line voltage stuff on a perfboard isn't newbie stuff. Also, once you
    gather the components and perfboard, construct it, test it, put it in
    an enclosure, and hook it up, it will probably end up costing more than
    the TDR, anyway.

    Still, this whole business seems like more hassle and money than it's
    worth. I'd rather just Google the proper timer motor. That is, unless
    replacement is such an SOB (Senate Office Building) that anything else
    would be preferrable. Or you've had so many hassles with the original
    hardware, barked your knuckles once or twice, and are so close to a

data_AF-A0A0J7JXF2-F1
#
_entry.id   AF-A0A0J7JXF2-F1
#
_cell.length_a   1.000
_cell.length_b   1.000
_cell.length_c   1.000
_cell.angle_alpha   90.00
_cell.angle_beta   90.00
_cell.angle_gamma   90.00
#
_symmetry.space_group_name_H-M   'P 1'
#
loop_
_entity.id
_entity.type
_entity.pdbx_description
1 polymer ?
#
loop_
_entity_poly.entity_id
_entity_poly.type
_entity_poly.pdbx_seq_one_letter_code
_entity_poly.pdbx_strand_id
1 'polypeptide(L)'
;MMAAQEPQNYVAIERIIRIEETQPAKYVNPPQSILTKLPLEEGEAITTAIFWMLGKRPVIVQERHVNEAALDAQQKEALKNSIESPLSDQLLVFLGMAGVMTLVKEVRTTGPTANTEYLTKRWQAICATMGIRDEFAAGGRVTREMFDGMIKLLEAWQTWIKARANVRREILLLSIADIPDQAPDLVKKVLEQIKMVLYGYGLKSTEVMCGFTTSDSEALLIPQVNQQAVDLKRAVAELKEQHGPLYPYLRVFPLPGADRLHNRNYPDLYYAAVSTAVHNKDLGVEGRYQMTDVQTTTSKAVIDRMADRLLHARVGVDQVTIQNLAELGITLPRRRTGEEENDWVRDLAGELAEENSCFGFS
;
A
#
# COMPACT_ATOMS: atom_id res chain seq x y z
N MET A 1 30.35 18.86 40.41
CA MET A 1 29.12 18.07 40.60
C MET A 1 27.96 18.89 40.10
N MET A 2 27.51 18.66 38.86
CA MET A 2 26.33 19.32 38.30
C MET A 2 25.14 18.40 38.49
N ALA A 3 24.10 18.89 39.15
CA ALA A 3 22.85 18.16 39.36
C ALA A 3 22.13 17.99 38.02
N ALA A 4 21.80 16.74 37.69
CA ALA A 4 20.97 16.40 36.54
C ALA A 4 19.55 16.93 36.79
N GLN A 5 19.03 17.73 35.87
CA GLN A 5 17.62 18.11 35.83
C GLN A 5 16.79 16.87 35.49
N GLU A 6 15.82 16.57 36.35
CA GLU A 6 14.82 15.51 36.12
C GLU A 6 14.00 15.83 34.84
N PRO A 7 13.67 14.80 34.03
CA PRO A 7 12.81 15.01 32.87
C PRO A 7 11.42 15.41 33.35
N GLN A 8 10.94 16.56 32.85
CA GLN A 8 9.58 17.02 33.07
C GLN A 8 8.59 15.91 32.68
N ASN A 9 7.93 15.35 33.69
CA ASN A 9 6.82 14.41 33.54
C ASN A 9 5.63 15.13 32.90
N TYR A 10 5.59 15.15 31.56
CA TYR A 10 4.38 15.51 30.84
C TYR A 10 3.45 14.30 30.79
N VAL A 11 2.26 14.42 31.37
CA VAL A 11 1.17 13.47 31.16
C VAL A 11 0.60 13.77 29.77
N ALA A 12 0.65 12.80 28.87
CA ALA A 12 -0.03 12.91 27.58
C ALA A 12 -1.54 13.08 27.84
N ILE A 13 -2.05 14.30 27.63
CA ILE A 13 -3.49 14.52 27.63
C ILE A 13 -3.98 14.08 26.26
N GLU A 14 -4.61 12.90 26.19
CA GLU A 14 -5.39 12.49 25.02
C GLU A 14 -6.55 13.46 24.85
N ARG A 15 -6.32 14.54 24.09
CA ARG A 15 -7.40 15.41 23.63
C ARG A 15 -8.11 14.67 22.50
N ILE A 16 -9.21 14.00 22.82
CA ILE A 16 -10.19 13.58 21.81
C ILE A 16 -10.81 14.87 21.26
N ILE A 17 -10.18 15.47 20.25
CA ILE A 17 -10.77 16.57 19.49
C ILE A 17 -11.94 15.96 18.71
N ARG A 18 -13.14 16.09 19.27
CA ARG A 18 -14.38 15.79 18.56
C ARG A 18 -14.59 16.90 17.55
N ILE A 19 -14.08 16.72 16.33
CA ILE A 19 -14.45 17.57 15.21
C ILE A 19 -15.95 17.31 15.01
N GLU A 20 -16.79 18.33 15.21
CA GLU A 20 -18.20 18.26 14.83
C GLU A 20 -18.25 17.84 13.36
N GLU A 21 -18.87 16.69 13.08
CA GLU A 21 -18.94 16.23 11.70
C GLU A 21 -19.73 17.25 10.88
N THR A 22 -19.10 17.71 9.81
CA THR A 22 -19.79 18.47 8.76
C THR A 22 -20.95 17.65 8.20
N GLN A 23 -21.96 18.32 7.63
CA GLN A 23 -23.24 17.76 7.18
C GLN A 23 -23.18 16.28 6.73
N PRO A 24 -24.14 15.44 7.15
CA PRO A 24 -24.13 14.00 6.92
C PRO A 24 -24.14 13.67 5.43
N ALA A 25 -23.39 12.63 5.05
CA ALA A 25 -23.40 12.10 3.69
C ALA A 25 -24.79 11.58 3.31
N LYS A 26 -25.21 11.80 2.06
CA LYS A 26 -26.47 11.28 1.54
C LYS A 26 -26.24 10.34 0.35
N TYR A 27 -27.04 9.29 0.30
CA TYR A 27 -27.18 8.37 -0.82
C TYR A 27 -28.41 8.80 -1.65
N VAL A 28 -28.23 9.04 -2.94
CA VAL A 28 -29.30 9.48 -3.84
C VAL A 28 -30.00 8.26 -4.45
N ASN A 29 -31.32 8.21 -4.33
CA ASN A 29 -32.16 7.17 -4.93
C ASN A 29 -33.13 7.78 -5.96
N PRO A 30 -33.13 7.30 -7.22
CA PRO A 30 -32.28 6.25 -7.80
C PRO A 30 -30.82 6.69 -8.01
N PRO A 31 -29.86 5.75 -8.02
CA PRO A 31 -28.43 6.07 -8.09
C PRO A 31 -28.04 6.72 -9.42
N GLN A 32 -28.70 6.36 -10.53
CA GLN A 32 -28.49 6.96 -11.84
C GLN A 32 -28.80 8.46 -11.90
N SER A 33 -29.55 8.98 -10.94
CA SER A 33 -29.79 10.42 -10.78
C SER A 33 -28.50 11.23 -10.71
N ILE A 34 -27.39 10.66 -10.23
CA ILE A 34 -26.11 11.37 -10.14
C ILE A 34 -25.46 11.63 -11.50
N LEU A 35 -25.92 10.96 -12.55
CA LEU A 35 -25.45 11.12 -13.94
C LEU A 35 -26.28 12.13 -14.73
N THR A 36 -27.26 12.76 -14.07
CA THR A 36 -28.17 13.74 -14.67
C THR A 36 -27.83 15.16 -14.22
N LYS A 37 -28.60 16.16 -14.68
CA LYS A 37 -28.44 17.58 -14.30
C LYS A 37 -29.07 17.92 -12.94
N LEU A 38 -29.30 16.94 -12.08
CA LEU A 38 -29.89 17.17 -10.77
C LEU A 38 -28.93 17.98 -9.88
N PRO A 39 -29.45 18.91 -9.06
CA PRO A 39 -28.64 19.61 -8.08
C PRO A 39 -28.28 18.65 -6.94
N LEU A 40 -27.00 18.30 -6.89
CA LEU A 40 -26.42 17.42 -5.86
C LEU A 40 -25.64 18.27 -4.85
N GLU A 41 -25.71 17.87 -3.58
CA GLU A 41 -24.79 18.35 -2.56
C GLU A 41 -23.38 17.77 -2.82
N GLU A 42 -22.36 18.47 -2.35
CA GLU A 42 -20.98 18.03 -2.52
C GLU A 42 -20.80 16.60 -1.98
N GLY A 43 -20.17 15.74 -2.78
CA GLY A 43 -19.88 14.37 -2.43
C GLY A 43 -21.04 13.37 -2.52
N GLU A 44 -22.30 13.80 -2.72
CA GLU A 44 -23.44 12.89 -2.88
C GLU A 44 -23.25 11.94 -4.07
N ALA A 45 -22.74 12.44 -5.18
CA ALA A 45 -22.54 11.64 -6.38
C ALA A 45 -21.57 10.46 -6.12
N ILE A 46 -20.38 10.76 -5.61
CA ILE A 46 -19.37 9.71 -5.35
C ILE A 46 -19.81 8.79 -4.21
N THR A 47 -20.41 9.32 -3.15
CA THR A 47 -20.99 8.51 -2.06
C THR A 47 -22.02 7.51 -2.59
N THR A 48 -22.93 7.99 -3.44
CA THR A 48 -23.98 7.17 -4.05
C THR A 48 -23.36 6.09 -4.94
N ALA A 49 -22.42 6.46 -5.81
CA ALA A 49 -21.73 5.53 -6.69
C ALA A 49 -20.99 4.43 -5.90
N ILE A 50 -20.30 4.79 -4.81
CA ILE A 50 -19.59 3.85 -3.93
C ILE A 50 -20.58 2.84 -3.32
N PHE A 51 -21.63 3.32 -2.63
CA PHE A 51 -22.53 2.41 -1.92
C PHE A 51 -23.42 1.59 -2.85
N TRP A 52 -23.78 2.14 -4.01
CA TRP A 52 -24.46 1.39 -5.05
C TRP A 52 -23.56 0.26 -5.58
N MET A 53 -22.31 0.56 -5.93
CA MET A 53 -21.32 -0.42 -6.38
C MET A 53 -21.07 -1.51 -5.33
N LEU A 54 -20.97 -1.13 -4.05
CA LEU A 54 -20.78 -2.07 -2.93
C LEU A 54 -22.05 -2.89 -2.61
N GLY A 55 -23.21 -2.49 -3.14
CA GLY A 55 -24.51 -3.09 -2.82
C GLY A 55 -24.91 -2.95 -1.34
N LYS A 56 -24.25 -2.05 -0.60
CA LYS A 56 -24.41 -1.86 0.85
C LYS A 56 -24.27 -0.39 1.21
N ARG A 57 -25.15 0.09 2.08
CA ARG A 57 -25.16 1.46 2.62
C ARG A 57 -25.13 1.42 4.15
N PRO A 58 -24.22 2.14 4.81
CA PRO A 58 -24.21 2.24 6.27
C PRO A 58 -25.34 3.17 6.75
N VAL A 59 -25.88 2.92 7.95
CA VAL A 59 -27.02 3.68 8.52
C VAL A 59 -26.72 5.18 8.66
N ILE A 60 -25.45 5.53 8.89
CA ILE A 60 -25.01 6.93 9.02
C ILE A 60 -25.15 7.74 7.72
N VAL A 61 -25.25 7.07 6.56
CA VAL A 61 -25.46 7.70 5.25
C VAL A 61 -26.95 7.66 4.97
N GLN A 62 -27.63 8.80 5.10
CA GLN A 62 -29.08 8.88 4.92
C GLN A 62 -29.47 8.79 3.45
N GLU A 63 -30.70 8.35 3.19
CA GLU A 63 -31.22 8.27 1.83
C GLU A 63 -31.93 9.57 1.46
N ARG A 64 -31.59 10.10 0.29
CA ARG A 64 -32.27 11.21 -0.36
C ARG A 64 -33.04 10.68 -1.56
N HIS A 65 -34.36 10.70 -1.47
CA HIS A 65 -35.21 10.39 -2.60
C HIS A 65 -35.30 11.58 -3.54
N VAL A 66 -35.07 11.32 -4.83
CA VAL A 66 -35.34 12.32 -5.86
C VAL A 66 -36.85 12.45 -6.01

real solution, that you'd rather try something else to get back at it
    and let it know who's boss. Been there. In which case, knock your
    socks off.

    Good luck

    P.S. And by the way, there are many things worse than "Tax and Spend".
    One of them is "Borrow and Spend". At least you folks up north are
    paying for what you get -- down here we're all just putting it on the
    credit card and yoking up our kids and grandkids to pay for it with
    interest later. This will continue until the party's over. In these
    sad days, this is known as CFV (Conservative Family Values).

  4. Chris

    Chris Guest

    Chris forgot to write:

    All that kidding around, and I didn't get to the part number. Sorry.

    The P&B part is CRB-48-70030, and goes by S&S of Nebraska p/n (KTD)
    CRB-48-70030. They've got it for $65.00 USD.

    The data sheet might be helpful, too. Here it is:

    Good luck again, Mike.